Braxton v. Joyce et al
MEMORANDUM AND ORDER: IT IS HEREBY ORDERED that the Clerk shall not issue process on plaintiff's amended complaint because it is subject to dismissal pursuant to 28 U.S.C. § 1915(e)(2)(B). IT IS FURTHER ORDERED that to the extent plainti ff believes his amended complaint contains any state law claims, such claims are subject to dismissal pursuant to 28 U.S.C. § 1367(c)(3). A separate Order of Dismissal shall accompany this Memorandum and Order. Signed by District Judge John A. Ross on 4/27/16. (JAB)
UNITED STATES DISTRICT COURT
EASTERN DISTRICT OF MISSOURI
JENNIFER JOYCE, et al.,
No. 4:15CV1542 JAR
MEMORANDUM AND ORDER
Before the Court is plaintiffs amended complaint, filed by plaintiff on December 3,
2015. After reviewing the amended complaint, the Court will dismiss the amended complaint
pursuant to 28 U.S.C. § 1915(e)(2)(B). Additionally, to the extent the amended complaint
contains any state law claims, those claims will be dismissed pursuant to 28 U.S.C. § 1367(c)(3).
Under 28 U.S.C. § 1915(e), the Court.is required to dismiss a complaint filed in forma
pauperis if it is frivolous, malicious, or fails to state a claim upon which relief can be granted.
To state a claim for relief under § 1983, a complaint must plead more than "legal conclusions"
and "[t]hreadbare recitals of the elements of a cause of action [that are] supported by mere
conclusory statements." Ashcroft v. Iqbal, 556 U.S. 662, 678 (2009).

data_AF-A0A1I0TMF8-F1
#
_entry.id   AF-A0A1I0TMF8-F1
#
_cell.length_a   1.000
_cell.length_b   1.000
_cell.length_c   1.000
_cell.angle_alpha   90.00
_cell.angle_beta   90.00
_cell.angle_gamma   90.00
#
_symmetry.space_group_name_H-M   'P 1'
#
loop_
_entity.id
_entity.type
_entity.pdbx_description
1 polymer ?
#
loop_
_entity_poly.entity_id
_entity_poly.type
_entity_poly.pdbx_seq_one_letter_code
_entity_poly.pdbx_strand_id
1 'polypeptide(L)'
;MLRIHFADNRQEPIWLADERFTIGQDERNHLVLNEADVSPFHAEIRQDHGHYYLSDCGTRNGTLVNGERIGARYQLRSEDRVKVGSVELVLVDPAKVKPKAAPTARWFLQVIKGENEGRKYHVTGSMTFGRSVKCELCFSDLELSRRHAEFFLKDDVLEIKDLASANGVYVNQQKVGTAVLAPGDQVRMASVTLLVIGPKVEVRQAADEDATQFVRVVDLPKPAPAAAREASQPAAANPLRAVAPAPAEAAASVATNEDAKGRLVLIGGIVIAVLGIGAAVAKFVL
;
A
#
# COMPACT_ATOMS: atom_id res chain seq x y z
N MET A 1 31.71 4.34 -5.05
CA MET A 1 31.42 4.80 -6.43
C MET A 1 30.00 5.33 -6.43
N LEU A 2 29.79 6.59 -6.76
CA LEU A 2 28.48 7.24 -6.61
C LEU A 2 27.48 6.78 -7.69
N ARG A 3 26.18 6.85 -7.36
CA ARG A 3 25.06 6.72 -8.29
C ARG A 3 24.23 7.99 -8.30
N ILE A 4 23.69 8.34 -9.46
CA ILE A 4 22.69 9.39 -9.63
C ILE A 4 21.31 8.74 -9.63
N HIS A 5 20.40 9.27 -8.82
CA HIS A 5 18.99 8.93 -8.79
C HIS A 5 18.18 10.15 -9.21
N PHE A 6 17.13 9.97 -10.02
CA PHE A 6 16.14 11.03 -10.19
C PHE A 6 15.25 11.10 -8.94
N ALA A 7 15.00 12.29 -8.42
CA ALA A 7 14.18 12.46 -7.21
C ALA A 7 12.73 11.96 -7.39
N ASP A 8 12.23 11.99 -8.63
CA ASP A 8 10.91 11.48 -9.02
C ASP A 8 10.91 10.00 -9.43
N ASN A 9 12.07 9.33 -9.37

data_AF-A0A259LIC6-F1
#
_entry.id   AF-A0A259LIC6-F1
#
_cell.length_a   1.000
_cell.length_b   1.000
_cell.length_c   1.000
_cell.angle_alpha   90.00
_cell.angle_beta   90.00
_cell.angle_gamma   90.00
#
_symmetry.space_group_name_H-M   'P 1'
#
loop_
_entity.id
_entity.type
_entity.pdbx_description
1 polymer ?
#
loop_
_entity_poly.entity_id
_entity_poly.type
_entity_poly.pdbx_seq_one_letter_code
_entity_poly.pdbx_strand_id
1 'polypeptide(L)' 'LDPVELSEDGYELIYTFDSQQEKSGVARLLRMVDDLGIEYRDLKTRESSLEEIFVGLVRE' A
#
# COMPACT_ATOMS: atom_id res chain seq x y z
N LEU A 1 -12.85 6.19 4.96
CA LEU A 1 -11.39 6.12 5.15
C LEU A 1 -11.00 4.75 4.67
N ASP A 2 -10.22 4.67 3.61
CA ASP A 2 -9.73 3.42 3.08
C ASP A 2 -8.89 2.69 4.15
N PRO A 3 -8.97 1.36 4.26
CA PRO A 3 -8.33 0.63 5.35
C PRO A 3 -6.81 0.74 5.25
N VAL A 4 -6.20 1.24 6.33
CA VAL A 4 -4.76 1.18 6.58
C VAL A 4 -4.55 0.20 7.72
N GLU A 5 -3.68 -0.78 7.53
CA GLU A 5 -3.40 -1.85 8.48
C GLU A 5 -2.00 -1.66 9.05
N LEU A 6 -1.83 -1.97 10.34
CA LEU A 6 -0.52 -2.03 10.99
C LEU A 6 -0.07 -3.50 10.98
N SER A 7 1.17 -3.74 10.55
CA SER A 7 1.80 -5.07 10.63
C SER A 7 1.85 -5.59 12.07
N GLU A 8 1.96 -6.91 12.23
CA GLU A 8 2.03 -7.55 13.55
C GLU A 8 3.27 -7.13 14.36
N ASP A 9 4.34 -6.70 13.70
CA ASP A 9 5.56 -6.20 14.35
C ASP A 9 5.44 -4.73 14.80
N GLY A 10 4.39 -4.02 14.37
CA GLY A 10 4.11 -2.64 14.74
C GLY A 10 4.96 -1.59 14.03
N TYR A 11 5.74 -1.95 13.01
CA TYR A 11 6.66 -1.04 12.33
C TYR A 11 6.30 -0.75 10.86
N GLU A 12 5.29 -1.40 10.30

A plaintiff must
demonstrate a plausible claim for relief, which is more than a "mere possibility of misconduct."
Id. at 679.
"A claim has facial plausibility when the plaintiff pleads factual content that allows
the court to draw the reasonable inference that the defendant is liable for the misconduct
Id. at 678.
Determini~g whether a complaint states a plausible claim for relief [is] a
context-specific task that requires the reviewing court to draw on its judicial experience and
Id. at 679.
The Amended Complaint
In plaintiffs amended complaint, he asserts that he was arrested by the St. Louis Police
Department on January 10, 2014, and charged with two counts of frrst degree sodomy. Plaintiff
states that he was held at the Justice Center for approximately 18 months, pursuant to criminal
case State v. Braxton, No. 1422-CR00012 (22nd Judicial Circuit, St. Louis City). The Court takes
judicial notice of the fact that evidence of a crime was presented against plaintiff in front of a St.
Louis City Grand Jury, an indictment for the crime of sodomy was returned and probable cause
was found for an arrest warrant to be issued against plaintiff. Plaintiff was arrested and held in
the St. Louis City Justice Center until he was tried by a jury and found not guilty of the crimes
for which he was charged on June 3, 2015.
Plaintiff claims Jennifer Joyce, the Circuit Attorney for the City of St. Louis, should not
have issued an arrest warrant against him because the lab tests run on the alleged victim were "at